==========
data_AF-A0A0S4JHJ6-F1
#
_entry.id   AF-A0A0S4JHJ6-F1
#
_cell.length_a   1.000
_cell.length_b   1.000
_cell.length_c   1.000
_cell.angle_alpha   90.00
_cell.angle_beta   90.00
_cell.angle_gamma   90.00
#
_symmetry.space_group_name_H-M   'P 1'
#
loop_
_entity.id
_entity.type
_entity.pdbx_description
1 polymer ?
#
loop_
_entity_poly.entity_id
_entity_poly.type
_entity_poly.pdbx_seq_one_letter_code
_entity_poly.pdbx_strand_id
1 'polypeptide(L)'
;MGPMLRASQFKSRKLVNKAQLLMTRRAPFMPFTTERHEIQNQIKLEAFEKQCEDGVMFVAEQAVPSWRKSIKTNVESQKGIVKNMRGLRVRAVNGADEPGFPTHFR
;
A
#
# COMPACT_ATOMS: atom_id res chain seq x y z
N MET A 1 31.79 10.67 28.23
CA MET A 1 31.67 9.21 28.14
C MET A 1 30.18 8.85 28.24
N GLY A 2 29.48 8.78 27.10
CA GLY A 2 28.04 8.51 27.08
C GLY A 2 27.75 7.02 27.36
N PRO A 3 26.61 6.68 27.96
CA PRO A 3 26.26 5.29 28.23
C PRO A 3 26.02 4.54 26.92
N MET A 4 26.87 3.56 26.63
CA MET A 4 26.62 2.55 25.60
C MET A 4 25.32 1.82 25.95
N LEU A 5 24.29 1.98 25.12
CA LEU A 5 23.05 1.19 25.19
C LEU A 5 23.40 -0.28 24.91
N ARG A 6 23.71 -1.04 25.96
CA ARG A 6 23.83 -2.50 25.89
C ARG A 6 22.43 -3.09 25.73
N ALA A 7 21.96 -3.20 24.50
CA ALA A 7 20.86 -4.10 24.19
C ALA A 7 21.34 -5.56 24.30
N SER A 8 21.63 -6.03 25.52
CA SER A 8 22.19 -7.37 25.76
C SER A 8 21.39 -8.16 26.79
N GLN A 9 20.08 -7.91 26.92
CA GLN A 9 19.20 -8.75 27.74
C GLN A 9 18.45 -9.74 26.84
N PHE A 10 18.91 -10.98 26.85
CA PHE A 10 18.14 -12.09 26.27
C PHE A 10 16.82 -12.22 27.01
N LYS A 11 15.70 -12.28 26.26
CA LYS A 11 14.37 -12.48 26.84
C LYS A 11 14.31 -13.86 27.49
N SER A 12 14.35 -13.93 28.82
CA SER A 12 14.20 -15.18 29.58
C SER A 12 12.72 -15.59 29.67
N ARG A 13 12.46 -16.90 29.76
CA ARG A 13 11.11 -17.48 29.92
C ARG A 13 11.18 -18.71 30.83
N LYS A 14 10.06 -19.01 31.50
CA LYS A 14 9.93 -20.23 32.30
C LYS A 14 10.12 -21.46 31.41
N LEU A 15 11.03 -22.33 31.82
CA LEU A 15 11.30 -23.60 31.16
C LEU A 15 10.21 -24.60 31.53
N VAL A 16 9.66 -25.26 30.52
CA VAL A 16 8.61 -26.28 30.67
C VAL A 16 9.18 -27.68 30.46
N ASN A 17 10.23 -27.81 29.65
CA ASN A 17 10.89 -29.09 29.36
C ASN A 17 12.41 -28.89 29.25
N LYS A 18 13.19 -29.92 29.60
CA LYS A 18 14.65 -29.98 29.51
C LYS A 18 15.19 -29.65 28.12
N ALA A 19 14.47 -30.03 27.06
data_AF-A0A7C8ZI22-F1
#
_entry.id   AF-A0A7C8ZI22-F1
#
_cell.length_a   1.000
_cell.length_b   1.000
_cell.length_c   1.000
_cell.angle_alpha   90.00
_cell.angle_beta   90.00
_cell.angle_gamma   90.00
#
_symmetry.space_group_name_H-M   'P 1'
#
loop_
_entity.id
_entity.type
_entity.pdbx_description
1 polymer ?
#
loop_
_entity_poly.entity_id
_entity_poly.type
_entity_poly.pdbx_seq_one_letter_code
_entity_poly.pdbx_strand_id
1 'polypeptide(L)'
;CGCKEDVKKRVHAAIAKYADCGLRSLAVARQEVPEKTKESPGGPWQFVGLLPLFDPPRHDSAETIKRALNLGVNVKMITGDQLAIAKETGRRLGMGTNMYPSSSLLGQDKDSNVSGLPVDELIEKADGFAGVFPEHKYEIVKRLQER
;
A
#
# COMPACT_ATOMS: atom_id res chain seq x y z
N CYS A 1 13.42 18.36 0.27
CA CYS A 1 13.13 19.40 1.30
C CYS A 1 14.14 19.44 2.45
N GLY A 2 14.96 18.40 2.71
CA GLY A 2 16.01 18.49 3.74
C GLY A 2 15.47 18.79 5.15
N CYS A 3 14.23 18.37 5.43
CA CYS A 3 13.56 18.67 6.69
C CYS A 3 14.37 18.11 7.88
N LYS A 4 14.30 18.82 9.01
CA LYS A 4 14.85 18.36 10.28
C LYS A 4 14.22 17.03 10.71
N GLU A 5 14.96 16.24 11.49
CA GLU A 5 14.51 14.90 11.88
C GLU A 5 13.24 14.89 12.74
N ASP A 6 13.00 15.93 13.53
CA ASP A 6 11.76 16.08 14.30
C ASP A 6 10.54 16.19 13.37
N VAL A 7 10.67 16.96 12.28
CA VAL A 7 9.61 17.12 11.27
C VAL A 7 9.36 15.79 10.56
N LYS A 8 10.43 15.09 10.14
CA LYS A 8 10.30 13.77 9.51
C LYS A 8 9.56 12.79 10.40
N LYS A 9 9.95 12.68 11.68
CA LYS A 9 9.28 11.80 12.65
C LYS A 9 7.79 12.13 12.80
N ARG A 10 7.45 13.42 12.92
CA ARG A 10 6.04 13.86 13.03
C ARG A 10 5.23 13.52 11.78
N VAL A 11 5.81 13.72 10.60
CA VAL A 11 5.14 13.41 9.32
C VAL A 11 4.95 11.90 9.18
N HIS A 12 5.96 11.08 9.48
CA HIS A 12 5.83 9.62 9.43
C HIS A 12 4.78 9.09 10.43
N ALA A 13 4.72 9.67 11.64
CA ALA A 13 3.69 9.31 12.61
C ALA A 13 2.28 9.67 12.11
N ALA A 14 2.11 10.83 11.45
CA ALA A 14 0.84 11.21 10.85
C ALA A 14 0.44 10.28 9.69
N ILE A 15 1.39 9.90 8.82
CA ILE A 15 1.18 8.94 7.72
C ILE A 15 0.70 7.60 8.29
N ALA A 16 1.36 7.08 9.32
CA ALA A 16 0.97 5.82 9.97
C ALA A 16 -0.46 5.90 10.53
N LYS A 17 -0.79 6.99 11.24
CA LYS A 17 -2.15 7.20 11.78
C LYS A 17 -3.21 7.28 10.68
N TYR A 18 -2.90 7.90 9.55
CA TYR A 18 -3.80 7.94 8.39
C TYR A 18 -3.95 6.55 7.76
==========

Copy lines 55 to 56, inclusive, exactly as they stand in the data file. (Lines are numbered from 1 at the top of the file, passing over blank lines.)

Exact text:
N GLN A 9 20.08 -7.91 26.92
CA GLN A 9 19.20 -8.75 27.74